A “telescope” is quite clear: good things can be seen over a large distance. “Microscopes” are people who have decided to delve into the details, etc. It is easy to understand what “distorting mirrors” do. Nevertheless, I believe that the Constitutional Court can even benefit from these “distorting mirrors.”

In reality, the human rights situation is not so simple. We understand that Russia is moving forward, that all this is gradually becoming more solid, and that people are becoming more competent. However, there is no denying the fact that violations do exist.

Here is what I want to say about this third group. It may be surprising, but its members voice drastic opinions and sometimes speak straight from the shoulder, so to say. These people are lawyers accompanying those who file complaints, and they win from time to time.

Therefore, one would like to ask the following question: What kind of a court? Does it exist or not? I believe that it does exist, and this is what I think.

Vladimir Putin: Yes, of course. It is very good that people win. This means the more professional the rulings are, the more people will trust the entire judicial system. It is therefore very important.

Valery Zorkin: Mr President, in this connection, I would like to say a few words about professionalism. Of course, we are not the only element of the judicial system, and there are also general jurisdiction courts.

I would like to take this opportunity and, instead of set phrases, I would like to say that I am sincerely convinced that we maintain professional relations with the Supreme Court, in the first place. You see, people come to us only after they have been to the Supreme Court. I would like to note that our relations are quite professional.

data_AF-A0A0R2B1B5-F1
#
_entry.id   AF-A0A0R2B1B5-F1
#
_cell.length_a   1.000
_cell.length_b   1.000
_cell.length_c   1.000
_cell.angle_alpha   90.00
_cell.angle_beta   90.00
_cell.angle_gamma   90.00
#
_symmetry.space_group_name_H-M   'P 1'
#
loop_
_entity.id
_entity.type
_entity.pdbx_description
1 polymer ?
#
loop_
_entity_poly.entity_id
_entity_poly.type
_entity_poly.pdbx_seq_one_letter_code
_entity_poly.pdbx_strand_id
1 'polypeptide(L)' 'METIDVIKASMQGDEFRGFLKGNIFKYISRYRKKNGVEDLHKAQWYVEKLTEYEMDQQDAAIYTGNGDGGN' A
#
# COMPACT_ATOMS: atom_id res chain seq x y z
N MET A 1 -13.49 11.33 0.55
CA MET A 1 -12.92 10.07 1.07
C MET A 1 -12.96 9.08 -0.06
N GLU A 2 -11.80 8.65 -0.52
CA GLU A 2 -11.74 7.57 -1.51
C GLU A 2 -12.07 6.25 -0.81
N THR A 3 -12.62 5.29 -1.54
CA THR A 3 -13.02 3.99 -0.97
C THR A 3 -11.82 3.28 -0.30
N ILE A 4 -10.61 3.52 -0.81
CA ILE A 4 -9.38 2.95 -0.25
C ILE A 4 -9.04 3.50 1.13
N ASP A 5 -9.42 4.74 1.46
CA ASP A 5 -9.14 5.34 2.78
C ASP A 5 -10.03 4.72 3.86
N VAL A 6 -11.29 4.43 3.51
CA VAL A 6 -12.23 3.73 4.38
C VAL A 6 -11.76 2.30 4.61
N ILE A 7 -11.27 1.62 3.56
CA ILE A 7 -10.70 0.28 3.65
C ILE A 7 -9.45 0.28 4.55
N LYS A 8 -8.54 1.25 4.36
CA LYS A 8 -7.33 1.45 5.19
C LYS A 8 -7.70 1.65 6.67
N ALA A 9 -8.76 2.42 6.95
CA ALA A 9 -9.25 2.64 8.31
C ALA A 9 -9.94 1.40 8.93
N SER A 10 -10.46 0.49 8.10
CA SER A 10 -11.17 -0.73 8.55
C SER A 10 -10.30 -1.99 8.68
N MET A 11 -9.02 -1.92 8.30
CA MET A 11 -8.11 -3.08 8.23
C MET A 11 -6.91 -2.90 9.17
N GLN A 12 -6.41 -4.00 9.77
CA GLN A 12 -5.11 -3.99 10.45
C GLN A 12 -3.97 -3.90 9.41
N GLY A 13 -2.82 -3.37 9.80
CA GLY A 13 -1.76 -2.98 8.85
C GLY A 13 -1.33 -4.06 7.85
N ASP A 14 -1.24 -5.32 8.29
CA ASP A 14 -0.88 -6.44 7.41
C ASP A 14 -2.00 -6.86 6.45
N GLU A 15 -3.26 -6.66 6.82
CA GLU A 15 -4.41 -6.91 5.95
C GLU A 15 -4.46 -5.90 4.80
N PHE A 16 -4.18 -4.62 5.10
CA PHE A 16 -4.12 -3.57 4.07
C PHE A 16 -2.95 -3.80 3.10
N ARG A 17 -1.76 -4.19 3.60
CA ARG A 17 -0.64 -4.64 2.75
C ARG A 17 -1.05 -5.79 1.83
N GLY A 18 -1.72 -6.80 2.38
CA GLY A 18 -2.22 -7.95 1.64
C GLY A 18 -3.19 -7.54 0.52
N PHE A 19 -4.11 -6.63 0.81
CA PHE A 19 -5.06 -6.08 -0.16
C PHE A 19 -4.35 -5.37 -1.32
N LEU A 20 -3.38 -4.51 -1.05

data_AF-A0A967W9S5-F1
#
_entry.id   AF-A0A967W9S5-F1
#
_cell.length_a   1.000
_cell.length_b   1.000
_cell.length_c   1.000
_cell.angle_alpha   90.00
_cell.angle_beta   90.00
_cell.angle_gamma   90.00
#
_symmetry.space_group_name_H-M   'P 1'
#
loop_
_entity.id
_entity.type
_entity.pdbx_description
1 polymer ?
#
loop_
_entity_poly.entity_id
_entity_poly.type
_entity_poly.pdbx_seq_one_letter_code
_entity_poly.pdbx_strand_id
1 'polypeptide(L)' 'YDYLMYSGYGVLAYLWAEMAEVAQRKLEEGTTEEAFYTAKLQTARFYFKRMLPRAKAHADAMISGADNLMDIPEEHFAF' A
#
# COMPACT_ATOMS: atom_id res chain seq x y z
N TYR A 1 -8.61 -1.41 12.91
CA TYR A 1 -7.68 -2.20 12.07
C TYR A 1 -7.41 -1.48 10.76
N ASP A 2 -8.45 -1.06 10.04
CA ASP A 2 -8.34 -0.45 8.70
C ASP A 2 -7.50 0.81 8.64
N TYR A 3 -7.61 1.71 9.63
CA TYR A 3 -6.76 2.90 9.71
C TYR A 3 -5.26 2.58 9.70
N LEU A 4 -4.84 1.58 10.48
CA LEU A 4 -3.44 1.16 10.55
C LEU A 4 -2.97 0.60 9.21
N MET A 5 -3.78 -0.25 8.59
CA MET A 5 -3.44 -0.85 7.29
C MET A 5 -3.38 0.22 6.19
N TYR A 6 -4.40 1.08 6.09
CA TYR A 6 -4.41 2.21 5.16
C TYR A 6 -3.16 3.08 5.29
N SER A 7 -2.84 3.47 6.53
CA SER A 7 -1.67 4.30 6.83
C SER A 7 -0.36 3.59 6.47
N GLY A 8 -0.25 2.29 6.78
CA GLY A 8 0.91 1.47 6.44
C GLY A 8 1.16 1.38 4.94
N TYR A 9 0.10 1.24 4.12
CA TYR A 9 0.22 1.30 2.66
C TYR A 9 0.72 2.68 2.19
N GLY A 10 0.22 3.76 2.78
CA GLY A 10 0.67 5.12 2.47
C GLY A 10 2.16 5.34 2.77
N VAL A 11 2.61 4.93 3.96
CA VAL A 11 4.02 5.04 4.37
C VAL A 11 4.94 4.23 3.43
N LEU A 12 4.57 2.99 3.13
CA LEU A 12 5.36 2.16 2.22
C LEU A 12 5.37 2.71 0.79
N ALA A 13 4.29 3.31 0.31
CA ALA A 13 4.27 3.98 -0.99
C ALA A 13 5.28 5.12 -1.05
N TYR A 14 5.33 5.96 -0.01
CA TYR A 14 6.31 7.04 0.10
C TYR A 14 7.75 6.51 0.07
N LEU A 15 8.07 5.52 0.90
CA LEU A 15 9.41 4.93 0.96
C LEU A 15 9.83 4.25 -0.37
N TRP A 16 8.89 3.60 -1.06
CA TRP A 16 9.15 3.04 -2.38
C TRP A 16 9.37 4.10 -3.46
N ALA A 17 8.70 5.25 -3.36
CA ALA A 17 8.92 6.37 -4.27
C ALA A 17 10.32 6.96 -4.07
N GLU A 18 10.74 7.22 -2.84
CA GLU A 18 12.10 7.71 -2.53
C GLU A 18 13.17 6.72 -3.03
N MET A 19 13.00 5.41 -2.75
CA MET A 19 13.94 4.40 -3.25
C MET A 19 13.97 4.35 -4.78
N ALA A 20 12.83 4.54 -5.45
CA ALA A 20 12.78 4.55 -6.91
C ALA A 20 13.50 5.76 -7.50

The Supreme Court respects our rulings. It would be possible to partially ignore some of these rulings, and we would engage in a tug-of-war in some cases. I have already noted this somewhere, and I have said that not all countries in transition have passed painlessly through this situation, there even were the so-called wars when it became necessary to …

Vladimir Putin: Court wars, right?

Valery Zorkin: Yes, legislators had to intervene and to decide whether the Constitutional Court’s authority or the Supreme Court’s authority should be trimmed or whether to merge the two courts.

Vladimir Putin: We faced the same problems in relations between the Commercial Court and the Supreme Court.

Valery Zorkin: I should say here that we maintain completely normal and business-like relations, and, by the way, the Constitution assists this process; all of its provisions are quite clear.


December 13, 2021, Novo-Ogaryovo, Moscow Region